Is. 9:6-7 tells us of Jesus predetermined destiny: “For unto us a Child is born, unto us a Son is given; and the government will be upon His shoulder. And His name will be called Wonderful, Counselor, Mighty God, Everlasting Father, Prince of Peace. Of the increase of His government and peace there will be no end, upon the throne of David and over His kingdom, to order it and establish it with judgment and justice from that time forward, even forever. The zeal of the Lord of hosts will perform this.”.

    This declaration could not be fulfilled if Jesus wasn’t going to rise from the dead after His sacrificial human death. And this was the prophetic word about His human birth.

    I offer Col.1:13-20 as further evidence of Jesus mission and pre-approval by God. His rising from the dead was not a reward for good behavior. No, He was sent and born sinless and assigned to demonstrate power over sin AND death for humans.

    “He (God the Father) has delivered us from the power of darkness and conveyed us into the kingdom of the Son of His love, in whom we have redemption through His blood, the forgiveness of sins. He (Jesus) is the image of the invisible God, the firstborn over all creation. For by Him all things were created that are in heaven and that are on earth, visible and invisible, whether thrones or dominions or principalities or powers. All things were created through Him and for Him. And He is all things, and in Him all things consist. And He is the head of the body, the church, who is the beginning, the firstborn from the dead, that in all things He may have the preeminence. For it pleased the Father that in Him all the fullness should dwell, and by Him to reconcile all things to Himself, by Him whether things on earth or things in heaven, having made peace through the blood of His cross.”

    Acts 2: 23-24: “‘Him, being delivered by the determined purpose and foreknowledge of God, you have taken by lawless hands, have crucified, and put to death; whom God raised up, having loosed the pains of death, BECAUSE IT WAS NOT POSSIBLE THAT HE SHOULD BE HELD BY IT. (emphasis added)

    1Peter 1:18-21, 23: “…knowing that you were not redeemed with corruptible things, like silver and gold, from your aimless conduct received by tradition from your fathers, but with the precious blood of Christ as a lamb without blemish and without spot. He indeed was FOREORDAINED BEFORE THE FOUNDATION OF THE WORLD (emphasis added), but was manifest in these last times for you who through Him believe in God, who raised Him from the dead and gave Him glory, SO THAT YOUR FAITH AND HOPE ARE IN GOD (emphasis added)…. (you) Having been born again, not of corruptible seed but INCORRUPTIBLE (emphasis added), THROUGH THE WORD OF God which Iives and abides forever.”.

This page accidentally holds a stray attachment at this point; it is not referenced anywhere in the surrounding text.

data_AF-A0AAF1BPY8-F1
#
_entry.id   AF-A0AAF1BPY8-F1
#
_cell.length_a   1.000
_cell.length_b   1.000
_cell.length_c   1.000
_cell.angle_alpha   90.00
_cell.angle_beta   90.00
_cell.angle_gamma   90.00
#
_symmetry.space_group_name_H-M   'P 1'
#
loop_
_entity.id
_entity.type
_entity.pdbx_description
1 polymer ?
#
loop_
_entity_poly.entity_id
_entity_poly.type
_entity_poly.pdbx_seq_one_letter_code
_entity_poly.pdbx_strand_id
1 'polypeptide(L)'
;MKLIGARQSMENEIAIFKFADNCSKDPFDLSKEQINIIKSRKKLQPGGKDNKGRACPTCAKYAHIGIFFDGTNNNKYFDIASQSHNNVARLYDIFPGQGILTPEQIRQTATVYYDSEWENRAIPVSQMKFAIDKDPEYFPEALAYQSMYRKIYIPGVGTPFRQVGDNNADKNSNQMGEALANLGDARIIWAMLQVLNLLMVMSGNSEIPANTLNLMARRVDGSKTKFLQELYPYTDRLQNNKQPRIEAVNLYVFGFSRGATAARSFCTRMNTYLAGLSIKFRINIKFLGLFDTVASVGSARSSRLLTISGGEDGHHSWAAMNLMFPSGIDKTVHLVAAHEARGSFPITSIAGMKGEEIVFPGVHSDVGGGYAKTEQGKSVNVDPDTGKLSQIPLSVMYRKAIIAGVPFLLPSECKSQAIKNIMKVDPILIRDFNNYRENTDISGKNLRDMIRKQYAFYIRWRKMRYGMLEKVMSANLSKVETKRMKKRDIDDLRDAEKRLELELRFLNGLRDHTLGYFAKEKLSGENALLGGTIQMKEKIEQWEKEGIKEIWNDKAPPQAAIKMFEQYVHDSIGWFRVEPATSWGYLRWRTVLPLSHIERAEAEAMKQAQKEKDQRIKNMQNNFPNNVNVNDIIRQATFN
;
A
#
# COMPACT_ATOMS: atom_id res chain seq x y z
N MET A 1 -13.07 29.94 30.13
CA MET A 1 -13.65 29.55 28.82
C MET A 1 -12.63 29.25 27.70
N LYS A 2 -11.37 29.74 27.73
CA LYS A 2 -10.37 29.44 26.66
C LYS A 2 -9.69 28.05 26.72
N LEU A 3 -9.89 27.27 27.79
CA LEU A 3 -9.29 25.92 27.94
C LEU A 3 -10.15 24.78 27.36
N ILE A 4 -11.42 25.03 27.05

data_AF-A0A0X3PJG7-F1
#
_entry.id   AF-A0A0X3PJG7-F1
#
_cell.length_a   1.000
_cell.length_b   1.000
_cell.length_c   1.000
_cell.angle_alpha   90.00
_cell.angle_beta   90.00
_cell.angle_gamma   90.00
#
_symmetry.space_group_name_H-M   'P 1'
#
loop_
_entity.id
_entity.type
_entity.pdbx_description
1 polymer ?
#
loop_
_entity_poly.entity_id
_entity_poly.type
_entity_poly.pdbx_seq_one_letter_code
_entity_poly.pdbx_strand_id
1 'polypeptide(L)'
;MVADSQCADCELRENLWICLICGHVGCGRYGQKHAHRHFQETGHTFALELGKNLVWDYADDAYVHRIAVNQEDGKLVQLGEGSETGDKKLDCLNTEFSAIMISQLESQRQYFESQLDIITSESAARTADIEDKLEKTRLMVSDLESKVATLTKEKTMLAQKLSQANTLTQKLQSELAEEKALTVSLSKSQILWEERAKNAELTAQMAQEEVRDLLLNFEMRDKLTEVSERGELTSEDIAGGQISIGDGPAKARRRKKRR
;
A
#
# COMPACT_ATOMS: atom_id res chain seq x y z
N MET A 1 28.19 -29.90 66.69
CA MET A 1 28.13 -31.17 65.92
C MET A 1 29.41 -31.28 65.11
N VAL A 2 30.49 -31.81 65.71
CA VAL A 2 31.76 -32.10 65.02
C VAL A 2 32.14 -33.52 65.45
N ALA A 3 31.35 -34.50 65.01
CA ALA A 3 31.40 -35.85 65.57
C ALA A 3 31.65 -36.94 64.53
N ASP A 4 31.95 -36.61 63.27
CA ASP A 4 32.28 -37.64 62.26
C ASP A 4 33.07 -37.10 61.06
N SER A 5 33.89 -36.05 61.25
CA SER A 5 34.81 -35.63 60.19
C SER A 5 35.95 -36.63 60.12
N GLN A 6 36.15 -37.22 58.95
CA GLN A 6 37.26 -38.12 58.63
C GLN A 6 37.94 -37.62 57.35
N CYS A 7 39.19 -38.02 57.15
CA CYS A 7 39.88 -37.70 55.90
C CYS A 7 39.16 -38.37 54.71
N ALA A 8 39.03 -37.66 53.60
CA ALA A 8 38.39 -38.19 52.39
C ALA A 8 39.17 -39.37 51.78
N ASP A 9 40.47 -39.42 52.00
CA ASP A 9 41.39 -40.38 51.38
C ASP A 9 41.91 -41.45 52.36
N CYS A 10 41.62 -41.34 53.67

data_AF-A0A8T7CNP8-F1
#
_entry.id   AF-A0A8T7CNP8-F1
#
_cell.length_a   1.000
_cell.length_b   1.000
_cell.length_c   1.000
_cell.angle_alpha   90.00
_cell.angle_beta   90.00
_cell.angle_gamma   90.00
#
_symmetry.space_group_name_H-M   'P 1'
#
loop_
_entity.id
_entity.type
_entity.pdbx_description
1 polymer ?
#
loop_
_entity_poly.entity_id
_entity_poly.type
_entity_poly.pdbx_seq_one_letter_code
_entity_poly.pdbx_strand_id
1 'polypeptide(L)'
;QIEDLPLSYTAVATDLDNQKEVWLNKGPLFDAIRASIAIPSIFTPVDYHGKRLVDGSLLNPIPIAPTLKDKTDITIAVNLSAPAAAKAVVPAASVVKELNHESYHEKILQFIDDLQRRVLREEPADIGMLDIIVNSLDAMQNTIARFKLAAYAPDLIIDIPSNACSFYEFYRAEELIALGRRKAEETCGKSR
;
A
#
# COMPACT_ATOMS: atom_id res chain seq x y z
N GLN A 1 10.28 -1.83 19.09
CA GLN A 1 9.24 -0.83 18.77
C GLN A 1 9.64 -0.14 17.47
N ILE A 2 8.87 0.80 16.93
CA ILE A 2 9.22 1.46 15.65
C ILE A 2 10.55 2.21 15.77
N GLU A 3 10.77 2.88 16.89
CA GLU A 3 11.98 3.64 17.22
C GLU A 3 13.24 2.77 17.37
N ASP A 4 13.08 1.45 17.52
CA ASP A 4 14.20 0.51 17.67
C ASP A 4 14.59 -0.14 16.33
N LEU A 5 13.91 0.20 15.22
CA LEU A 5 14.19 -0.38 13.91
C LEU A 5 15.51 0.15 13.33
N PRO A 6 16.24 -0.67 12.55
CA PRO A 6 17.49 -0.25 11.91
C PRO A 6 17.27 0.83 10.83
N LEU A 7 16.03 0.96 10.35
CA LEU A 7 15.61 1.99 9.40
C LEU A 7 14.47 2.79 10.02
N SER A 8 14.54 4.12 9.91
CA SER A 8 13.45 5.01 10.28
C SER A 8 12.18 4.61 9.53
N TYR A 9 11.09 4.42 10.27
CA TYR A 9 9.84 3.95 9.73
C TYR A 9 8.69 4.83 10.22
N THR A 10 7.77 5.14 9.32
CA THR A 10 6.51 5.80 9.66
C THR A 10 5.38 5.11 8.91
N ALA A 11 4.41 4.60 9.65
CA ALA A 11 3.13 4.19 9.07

Jesus’ reward was to bring as many humans as possible into the Kingdom of God. God raised Jesus from the dead as a sign and a wonder to convince people that what Jesus was telling them about His Father (God) was true.

    John 11:23-26: “Jesus said to her, ‘Your brother will rise again.’. Martha said to Him, ‘I know that he will rise again in the resurrection at the last day.’.Jesus said to her, ‘I AM THE RESURRECTION AND THE LIFE (emphasis added). he who believes in Me, though he may die, he shall live. And whoever lives and believes in Me shall never die. Do you believe this?'”

    What do you think?

    • I think we’ll have to agree to disagree, but thanks for the thorough response.

    • Sorry, but I must also say this: in my “Fire Your Perfectionism” letter, I am publishing a Step 7 letter whereby I am ‘firing’ each of my character defects. I’m trying to take a humorous approach in each letter, which I hope will bring a smile to those who read them. Having said that, the tone of each letter is also conversational, as if I were speaking to a real person.

      These are not theological treatises; they are recovery program homework. If I did make a misstatement (as I suspect we all do from time to time) I would expect grace and understanding. To be honest, what I see in your comments is a need to control my theology. It feels to me like you think you’ve ‘caught’ me in a mistake and are going to keep driving your point home until I capitulate.

      If I had given a sermon on the death of Jesus Chris and made a statement like the one I made in this ‘letter’, I would expect those who heard the sermon to raise theological questions. However, this ‘letter’ is, again, Step 7 work; it is not a sermon or intended in any way to be taken as any kind of research paper into the death and resurrection of Jesus Christ.

      In short, Ian, I’ve been struggling with your response because they feel ‘wrong’ to me…they are out of context and proportion to the genre and tone of this particular piece of writing.

      What do you think?

  6. Hi RM—
    My response has nothing to do with wanting to control your theology. My response to your statement about Jesus was a counter-balance response. You are still free to express whatever you believe about Jesus. I am aware that perhaps many others are reading your blog and gleaning a sense of who Jesus is at the same time. After all, you are firing a lot of employees and replacing them ALL with one individual, Jesus Christ. So who HE is, becomes important. I am merely offering a different understanding of who Jesus is and giving scriptures to back up my view, as you requested. I agree that my response is lengthy due to inclusion of the scriptures. I wrote them out instead of just listing them because I think most readers will not look them up. Perhaps they won’t even read it because it LOOKS too long.

    Aren’t we just all doing the best we can?

  7. Is there a protocol for “length” on a blog? I agree with Ian, that many readers will not check out bible verses that are referenced only. What IS the “perfect” answer? Maybe you fired Mr. Perfectionism too soon! 🙂

  8. Yes you did but I wasn’t responding to that compliment. I was responding to your word “proportion” Rabid mongoose, as in “proportion to the genre….” I guess I don’t know what you meant by that. I thought you were talking about length of response. I wonder if there are guidelines for bloggers and their responders. I’ll google it.